By Andy Metzger
STATE HOUSE NEWS SERVICE
BOSTON -- Jurors who collectively asked 281 questions during testimony in the job-rigging trial of three former probation officials have been the subject of some curiosity for the attorneys trying the case, though Judge William Young has largely avoided subjecting jurors to questioning themselves.
In a July 8 sidebar conversation, defense attorney Stellio Sinnis noted that one of the jurors, a man in the front row, was spotted in the cafeteria introducing a female guest of his to other jurors.
Sinnis raised concerns about the presence of the woman, whose relationship to the juror was unknown, saying "it indicates some sort of communication with that juror."
The sidebar conversation, which was included in a transcript, occurred during the cross-examination of former Chief Justice of Administration and Management Robert Mulligan.
"I'll be cautious about comments out of the hearing of the jury," Young responded. "He's entitled to bring someone to court."
The 12 jurors entered the fourth day of deliberations Monday seeking a verdict on charges that former Probation Commissioner John O'Brien and two former deputies, Elizabeth Tavares and William Burke III, committed fraud and other crimes by rigging the probation department's hiring system.
While Young has empowered the jury to ask questions and praised their punctuality and attention, he also regularly instructs them not to discuss the "substance" of the case outside deliberations.
Gerard Leone, a former federal prosecutor and former Middlesex district attorney, said he was aware of a juror bringing a guest to court in the high-profile Louise Woodward au pair case that he prosecuted.
"Jurors are not prohibited from informing others of the mere fact that they are a juror, so people can attend the public trial to see them/the trial, but there obviously cannot be any conversation between the juror and that person or others about the case and certainly not deliberations, per the strong directives of the Court," Leone said in an email to the News Service.
Tom Hoopes, a Boston defense attorney who has worked high-profile cases, said he has never heard of a juror bringing someone to watch a trial and it runs counter to the usual behavior of jurors.
"Usually jurors stay together and away from 'outsiders' during the course of the trial. However, there is no rule against inviting a 'friend,'" said Hoopes, who said courts are usually "loathe" to inject themselves in juror issues unless it is absolutely necessary.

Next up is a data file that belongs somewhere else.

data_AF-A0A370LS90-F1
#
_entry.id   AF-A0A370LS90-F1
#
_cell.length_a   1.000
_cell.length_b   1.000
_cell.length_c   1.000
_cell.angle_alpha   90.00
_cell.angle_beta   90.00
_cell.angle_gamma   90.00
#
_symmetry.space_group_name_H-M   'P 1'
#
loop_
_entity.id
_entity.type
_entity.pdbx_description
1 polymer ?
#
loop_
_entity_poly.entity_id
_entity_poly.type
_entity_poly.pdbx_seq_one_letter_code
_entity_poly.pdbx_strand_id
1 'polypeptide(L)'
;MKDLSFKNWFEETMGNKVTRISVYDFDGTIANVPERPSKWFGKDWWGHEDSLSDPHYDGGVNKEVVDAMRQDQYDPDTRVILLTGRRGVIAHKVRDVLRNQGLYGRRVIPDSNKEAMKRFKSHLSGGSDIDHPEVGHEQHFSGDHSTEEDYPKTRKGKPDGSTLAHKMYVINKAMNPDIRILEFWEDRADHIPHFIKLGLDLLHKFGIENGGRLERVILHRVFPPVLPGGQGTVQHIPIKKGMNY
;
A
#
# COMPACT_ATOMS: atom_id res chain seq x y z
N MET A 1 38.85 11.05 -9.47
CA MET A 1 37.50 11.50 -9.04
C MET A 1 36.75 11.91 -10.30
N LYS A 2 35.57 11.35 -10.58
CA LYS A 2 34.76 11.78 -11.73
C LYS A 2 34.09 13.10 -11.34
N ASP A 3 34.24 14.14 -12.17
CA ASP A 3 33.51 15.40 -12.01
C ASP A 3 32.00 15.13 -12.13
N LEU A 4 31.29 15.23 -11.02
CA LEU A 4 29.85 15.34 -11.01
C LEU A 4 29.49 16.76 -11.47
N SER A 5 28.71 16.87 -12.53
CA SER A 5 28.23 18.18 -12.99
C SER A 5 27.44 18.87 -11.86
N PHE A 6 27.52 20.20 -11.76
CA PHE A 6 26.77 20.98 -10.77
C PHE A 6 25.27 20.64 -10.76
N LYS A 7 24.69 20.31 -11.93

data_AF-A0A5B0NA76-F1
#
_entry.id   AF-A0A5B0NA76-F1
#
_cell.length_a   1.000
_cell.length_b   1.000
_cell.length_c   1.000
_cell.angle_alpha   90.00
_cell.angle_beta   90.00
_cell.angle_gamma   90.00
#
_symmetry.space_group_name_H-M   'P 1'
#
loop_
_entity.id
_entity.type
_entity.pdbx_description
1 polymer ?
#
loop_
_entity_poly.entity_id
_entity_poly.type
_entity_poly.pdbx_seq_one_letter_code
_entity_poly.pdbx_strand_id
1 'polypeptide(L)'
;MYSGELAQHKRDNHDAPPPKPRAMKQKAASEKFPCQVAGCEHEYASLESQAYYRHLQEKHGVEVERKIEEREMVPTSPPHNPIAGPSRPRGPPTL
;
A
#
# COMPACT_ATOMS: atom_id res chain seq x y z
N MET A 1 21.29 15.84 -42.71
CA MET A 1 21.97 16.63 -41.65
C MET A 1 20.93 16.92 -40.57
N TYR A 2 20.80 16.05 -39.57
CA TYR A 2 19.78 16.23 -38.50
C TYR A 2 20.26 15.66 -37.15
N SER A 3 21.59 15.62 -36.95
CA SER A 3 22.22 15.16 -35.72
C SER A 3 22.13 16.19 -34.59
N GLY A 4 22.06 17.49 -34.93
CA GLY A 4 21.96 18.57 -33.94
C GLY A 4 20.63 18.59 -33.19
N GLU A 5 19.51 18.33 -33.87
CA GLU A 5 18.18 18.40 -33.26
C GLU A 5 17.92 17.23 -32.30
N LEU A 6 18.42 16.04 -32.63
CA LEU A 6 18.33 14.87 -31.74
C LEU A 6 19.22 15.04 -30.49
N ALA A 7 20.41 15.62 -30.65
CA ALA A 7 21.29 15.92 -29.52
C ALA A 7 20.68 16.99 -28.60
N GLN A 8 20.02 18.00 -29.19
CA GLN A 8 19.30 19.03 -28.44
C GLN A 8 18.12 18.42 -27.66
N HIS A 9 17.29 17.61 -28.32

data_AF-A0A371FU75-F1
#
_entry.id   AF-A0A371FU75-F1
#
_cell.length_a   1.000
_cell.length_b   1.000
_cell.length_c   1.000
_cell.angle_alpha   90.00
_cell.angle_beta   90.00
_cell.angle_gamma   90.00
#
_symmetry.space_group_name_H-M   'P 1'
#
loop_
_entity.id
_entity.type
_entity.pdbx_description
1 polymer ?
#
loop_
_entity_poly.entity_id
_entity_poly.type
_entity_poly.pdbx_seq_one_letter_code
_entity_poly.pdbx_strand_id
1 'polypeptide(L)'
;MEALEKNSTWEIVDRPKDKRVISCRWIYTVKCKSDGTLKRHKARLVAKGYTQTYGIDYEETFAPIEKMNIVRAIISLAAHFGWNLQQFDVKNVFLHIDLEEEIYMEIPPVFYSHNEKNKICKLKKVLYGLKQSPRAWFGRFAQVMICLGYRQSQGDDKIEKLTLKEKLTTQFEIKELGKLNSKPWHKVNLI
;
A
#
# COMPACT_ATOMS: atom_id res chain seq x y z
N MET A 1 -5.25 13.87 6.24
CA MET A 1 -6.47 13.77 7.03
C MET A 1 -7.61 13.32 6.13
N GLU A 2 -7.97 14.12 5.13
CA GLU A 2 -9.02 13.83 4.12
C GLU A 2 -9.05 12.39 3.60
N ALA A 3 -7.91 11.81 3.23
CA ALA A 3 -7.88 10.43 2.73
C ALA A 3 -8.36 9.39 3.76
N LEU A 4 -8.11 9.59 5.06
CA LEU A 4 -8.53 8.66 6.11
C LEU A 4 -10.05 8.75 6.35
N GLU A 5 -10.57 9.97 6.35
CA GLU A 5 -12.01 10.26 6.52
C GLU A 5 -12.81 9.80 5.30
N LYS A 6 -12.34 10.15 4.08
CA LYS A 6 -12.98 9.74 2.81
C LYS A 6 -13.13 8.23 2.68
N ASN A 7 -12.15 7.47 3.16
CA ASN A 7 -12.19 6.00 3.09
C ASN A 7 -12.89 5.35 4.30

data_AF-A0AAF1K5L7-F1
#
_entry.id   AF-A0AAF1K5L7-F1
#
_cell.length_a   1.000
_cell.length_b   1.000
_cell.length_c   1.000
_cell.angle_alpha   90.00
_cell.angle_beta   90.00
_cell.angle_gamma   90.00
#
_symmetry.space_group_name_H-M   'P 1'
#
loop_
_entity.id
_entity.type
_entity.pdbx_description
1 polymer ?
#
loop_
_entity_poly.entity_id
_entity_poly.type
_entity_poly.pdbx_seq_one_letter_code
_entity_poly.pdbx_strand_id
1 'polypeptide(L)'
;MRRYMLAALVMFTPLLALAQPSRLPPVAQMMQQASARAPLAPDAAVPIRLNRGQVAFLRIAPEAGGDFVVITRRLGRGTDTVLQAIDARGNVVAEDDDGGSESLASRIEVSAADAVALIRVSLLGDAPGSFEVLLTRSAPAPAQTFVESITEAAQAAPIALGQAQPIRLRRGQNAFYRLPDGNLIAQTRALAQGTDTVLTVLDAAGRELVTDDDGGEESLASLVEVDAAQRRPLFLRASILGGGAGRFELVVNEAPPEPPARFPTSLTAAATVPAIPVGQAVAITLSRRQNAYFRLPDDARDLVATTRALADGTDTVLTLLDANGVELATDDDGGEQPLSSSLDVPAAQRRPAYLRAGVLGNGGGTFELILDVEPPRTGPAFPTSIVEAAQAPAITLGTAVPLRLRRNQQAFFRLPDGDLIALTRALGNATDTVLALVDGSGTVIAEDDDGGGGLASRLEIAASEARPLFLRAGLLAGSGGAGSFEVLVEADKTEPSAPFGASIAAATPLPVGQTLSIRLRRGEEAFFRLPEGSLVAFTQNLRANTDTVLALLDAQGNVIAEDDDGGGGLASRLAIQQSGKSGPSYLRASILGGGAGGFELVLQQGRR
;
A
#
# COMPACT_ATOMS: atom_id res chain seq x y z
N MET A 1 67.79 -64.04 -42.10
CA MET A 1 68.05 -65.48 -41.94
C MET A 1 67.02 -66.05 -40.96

During the 10 weeks of testimony, Young permitted jurors to submit questions in writing and he determined whether to query the witnesses. Hoopes said jurors in the probation cases asked an abnormally large number of questions though that may be commensurate with the complexity of the trial.
"First, Judge Young is pretty much unique in allowing this form of juror questioning. Second, 281 questions is a lot for even his courtroom. But this was a long case, a controversial case, and I would take it as a sign of intense juror engagement in the proceedings for them to collectively hit 281 questions," Hoopes wrote in an email to the News Service. "Whether that helps one side or the other is unclear at this stage."
"Although Judge Young takes a more aggressive, creative and fairly novel and unconventional approach to the area of juror questions, he is an expert trial jurist," said Leone, who said the longtime judge knows how to "handle" juror questions.
In a June 13 sidebar, Young reported an exchange he had with a juror, which may or may not have been the same man who brought someone to watch the trial with him.
The judge said he was in the rear area of the court and out of his robes when the man made a remark to him.
"He passed me and then he says, 'Judge,' and I turn around and he says, 'I would have stood up and objected to that question myself,'" Young said, according to a transcript. He said he surmised the juror was referring to a question asked by defense attorney Brad Bailey that Young had said was "repetitive," and said he admonished the juror not to talk about the case.
Young recalled, "He smiles, he doesn't seem particularly chastened, and he goes away." The previous day had featured cross examination of Francis Wall, a key prosecution witness.
Two jurors were dismissed during the trial for mostly personal reasons, leaving two alternates.
Toward the end of their fourth day of deliberations on Monday, the jury asked about an element of the racketeering charge brought by prosecutors.